The intertidal mudflats of Barr Al Hikman, a nature reserve at the south-east coast of the Sultanate Oman, are crucial nursery grounds for numerous crab species. In return, these crabs are a vital element of the ecology, as well as the regional economy, a new publication in the scientific journal Hydrobiologia shows. ‘These important functions of the crabs should be considered when looking at the increasing human pressure on this nature reserve’, first author and NIOZ-researcher Roeland Bom says.
Blue swimming crab
The mudflats of Barr Al Hikman are home to almost thirty crab species. For his research, Bom, together with colleagues in The Netherlands and at the Sultan Qaboos University in Oman, looked at the ecology of the two most abundant species. Bom: ‘Barr Al Hikman is also home to the blue swimming crab Portunus segnis. That is the species caught by local fishermen. This crab uses the mudflats of Barr Al Hikman as nursery grounds.’
The counts of Bom and his colleagues show, that there are millions and millions of these crabs in Barr Al Hikman. They are food to hundreds of thousands of birds, both migrating species, as well as birds breeding in the area, such as crab plovers. The crabs live in holes in the ground. They forage on the seagrass beds that are still abundant in Barr Al Hikman. ‘Apart from the high primary production (algae) in Barr al Hikman, this reserve is also well suited for crabs because of the vastness of the area’, Bom assumes. ‘The slopes of the mudflats are very gentle, so at low tide, the crabs have an immense area at their disposition.’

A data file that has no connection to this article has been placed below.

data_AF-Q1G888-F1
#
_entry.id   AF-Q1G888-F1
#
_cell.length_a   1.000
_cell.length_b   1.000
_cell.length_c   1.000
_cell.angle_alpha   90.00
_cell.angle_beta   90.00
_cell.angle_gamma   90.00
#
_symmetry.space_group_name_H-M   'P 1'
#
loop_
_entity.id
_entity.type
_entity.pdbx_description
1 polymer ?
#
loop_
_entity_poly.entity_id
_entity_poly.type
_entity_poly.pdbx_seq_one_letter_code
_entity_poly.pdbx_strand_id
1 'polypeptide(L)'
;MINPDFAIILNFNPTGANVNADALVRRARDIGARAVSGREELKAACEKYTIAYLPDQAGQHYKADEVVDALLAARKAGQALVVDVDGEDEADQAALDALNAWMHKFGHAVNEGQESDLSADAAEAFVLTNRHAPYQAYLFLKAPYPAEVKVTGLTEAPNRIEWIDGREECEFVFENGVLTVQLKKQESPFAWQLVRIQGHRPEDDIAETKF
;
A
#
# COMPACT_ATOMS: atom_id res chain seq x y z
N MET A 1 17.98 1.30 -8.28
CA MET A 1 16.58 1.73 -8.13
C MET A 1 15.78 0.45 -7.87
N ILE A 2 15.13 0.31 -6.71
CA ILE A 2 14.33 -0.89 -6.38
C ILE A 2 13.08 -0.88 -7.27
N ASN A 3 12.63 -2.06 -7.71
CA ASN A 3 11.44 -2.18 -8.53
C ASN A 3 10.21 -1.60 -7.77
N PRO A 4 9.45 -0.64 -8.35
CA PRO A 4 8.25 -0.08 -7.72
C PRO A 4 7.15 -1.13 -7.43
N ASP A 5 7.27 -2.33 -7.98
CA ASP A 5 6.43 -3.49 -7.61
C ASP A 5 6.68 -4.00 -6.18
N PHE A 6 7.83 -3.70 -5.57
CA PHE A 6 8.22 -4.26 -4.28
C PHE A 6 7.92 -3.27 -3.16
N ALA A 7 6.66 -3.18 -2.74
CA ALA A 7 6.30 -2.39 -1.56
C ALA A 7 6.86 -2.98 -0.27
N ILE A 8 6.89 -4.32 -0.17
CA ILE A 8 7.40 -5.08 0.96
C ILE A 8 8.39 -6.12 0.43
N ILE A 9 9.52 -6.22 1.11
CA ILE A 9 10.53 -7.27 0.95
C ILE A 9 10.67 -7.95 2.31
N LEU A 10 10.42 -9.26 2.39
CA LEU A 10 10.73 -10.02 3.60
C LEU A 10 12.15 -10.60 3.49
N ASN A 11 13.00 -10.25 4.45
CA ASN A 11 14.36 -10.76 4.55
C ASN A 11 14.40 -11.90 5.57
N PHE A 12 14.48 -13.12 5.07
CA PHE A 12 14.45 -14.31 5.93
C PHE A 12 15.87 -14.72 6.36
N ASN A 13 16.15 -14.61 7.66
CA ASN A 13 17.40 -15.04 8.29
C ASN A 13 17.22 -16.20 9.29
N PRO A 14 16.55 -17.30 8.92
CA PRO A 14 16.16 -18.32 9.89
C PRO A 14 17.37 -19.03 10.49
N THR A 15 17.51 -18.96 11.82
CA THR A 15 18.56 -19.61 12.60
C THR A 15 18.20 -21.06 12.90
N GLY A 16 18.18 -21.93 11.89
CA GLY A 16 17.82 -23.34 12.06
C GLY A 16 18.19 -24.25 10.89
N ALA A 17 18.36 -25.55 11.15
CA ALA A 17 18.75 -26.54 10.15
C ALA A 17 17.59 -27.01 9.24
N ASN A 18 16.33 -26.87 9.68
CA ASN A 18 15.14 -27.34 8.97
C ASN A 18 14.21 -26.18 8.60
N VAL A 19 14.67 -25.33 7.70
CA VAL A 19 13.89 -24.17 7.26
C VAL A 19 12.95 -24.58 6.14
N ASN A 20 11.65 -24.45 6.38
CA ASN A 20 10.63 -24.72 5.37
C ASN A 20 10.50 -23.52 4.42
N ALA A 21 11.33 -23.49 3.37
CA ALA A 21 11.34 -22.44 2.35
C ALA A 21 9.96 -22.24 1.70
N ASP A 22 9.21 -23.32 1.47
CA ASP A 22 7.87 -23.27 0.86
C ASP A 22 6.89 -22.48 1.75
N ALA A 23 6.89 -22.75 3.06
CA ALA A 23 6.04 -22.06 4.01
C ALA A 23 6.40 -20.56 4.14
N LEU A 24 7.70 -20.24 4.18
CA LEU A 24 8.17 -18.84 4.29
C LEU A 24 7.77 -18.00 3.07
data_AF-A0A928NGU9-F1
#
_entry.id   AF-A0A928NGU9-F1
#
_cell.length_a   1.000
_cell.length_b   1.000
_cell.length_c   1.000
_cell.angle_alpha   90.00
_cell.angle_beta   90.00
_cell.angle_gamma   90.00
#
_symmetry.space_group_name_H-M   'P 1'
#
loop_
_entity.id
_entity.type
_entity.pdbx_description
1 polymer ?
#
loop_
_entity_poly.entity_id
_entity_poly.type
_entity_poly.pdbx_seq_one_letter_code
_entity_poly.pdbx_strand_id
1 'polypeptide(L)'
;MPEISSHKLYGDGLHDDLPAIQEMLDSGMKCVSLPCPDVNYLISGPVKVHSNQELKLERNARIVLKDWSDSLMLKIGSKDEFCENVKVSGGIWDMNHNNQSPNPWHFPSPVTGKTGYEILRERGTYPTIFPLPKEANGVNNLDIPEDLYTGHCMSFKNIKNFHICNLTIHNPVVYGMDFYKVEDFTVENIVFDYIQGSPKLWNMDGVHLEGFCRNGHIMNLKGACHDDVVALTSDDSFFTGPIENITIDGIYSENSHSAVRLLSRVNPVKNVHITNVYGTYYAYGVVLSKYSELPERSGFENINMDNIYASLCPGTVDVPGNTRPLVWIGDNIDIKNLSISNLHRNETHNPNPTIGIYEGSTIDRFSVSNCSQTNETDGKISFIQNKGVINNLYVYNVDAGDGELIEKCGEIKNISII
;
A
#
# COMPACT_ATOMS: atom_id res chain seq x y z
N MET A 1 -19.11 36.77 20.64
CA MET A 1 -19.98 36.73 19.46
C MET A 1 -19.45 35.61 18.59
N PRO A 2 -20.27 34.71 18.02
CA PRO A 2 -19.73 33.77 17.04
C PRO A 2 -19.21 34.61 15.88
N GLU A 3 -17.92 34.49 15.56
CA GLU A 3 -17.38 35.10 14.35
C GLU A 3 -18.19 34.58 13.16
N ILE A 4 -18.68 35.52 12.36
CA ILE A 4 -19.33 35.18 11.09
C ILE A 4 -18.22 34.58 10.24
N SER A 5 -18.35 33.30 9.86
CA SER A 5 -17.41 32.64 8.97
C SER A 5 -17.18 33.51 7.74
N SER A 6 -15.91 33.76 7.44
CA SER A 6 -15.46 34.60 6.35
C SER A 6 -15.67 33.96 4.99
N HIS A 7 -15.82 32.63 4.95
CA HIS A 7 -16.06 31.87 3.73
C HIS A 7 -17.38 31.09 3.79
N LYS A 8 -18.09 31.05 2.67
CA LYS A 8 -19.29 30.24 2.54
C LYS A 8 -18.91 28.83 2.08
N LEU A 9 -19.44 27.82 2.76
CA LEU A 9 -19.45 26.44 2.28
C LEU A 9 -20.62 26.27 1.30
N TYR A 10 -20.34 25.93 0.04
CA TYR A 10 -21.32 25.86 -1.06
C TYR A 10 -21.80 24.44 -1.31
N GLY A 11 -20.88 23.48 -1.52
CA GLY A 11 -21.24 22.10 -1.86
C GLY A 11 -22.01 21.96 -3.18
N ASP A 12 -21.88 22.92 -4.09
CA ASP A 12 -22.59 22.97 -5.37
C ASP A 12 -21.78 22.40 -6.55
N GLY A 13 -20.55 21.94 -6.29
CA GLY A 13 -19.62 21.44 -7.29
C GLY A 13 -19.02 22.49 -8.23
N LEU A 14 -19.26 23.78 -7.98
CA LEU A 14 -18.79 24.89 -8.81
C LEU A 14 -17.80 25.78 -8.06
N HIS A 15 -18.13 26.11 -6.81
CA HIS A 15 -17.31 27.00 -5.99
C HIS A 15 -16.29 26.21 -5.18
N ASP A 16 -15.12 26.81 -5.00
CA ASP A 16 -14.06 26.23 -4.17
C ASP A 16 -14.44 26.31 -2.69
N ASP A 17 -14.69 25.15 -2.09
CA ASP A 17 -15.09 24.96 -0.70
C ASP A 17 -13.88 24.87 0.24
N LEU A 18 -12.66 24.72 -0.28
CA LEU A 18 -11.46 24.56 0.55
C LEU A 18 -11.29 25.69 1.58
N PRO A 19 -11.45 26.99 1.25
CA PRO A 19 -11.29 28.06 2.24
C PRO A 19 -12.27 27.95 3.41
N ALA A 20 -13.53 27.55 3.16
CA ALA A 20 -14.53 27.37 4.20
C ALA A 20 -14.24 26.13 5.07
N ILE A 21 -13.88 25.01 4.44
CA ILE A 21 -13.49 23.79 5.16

The value of the crabs is not just ecological, Bom stresses. ‘Local fishermen that catch the blue swimming crabs, distribute them not only through Oman, but also through the rest of the Arabian Peninsula and even to Japan. At approximately € 2,- per kilo, these crabs represent an important economic pillar, both under the region around Barr Al Hikman, as well as for the whole of Oman.’
The protection of the reserve of Barr Al Hikman is limited to national legislation. Efforts to acknowledge this reserve under the international Ramsar-convention were never effectuated. There is, however, increasing human pressure on the mudflats of Barr Al Hikman, the authors describe, that would justify further protection. For example, there are well-developed plans to start shrimp farming around this intertidal area. ‘When looking at the cost and benefits of these activities, it is important to look at the role of this reserve in the local ecology, as well as in the broader ecology of the many migratory birds that use the area’, Bom says. ‘Moreover, our research shows that the unique ecosystem of Barr Al Hikman plays a key role in the economy as well.’